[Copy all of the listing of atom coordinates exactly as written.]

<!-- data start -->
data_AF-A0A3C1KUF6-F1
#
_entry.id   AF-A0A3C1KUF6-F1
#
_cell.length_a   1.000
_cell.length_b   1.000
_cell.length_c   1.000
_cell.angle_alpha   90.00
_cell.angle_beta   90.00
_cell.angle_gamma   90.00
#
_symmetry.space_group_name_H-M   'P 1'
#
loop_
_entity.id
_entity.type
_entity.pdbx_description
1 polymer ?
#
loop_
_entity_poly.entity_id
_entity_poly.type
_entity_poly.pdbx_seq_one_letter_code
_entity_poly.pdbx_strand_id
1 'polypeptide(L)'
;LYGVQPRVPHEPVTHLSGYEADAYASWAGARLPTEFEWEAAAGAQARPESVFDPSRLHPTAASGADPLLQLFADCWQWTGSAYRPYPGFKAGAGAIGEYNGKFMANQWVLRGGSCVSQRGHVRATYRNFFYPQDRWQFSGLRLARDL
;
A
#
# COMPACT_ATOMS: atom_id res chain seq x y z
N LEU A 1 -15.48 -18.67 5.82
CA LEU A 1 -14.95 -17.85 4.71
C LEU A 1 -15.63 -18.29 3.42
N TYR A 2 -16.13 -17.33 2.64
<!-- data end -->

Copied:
data_AF-A0A3C1KUF6-F1
#
_entry.id   AF-A0A3C1KUF6-F1
#
_cell.length_a   1.000
_cell.length_b   1.000
_cell.length_c   1.000
_cell.angle_alpha   90.00
_cell.angle_beta   90.00
_cell.angle_gamma   90.00
#
_symmetry.space_group_name_H-M   'P 1'
#
loop_
_entity.id
_entity.type
_entity.pdbx_description
1 polymer ?
#
loop_
_entity_poly.entity_id
_entity_poly.type
_entity_poly.pdbx_seq_one_letter_code
_entity_poly.pdbx_strand_id
1 'polypeptide(L)'
;LYGVQPRVPHEPVTHLSGYEADAYASWAGARLPTEFEWEAAAGAQARPESVFDPSRLHPTAASGADPLLQLFADCWQWTGSAYRPYPGFKAGAGAIGEYNGKFMANQWVLRGGSCVSQRGHVRATYRNFFYPQDRWQFSGLRLARDL
;
A
#
# COMPACT_ATOMS: atom_id res chain seq x y z
N LEU A 1 -15.48 -18.67 5.82
CA LEU A 1 -14.95 -17.85 4.71
C LEU A 1 -15.63 -18.29 3.42
N TYR A 2 -16.13 -17.33 2.64